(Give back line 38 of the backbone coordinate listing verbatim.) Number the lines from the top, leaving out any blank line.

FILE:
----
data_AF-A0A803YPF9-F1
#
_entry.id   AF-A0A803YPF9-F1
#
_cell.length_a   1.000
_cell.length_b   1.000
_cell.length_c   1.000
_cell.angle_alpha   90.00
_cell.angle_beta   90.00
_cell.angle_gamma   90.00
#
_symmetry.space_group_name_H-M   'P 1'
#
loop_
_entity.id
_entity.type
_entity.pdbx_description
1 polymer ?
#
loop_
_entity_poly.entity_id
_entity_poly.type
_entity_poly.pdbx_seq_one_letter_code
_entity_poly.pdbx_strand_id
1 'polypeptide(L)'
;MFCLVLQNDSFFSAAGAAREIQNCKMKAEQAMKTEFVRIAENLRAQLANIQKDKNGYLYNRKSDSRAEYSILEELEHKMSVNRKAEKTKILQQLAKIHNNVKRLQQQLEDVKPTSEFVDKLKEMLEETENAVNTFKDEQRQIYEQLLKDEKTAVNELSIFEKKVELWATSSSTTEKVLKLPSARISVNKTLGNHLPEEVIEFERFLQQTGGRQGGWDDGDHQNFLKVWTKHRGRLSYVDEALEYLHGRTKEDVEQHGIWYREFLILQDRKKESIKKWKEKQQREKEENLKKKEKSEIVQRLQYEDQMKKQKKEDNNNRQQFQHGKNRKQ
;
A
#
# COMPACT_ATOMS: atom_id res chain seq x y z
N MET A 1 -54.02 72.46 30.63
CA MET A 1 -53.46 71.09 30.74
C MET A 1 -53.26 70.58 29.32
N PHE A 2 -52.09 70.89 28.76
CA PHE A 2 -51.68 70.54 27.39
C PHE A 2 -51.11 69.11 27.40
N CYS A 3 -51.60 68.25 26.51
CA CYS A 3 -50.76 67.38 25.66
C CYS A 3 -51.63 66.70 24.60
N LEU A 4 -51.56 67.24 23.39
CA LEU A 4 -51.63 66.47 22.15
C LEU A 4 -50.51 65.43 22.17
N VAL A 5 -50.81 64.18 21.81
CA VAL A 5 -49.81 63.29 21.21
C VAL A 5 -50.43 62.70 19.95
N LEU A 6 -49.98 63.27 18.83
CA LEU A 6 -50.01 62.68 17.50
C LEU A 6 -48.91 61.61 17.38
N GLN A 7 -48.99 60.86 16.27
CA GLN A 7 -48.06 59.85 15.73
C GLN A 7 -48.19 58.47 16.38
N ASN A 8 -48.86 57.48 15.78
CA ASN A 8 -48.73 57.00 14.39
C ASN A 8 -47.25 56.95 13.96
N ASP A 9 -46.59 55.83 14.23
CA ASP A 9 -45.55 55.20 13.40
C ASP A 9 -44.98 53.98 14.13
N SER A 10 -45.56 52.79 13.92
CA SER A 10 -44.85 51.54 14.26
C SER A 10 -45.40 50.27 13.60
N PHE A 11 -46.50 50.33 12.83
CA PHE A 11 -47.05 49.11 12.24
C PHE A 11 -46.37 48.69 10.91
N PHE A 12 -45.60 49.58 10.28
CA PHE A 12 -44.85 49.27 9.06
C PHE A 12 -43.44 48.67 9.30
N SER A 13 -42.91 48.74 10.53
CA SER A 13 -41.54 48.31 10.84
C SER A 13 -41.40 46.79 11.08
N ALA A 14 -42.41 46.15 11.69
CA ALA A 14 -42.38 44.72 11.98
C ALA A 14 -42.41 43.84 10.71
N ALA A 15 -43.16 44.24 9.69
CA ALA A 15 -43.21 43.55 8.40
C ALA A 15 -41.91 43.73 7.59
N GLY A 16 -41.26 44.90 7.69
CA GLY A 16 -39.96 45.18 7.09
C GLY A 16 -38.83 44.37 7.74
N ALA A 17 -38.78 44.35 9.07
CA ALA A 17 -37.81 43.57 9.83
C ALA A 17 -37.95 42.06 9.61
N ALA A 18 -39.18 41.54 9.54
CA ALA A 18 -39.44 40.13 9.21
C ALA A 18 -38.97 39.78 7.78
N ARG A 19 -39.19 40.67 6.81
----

CA CYS A 3 -50.76 67.38 25.66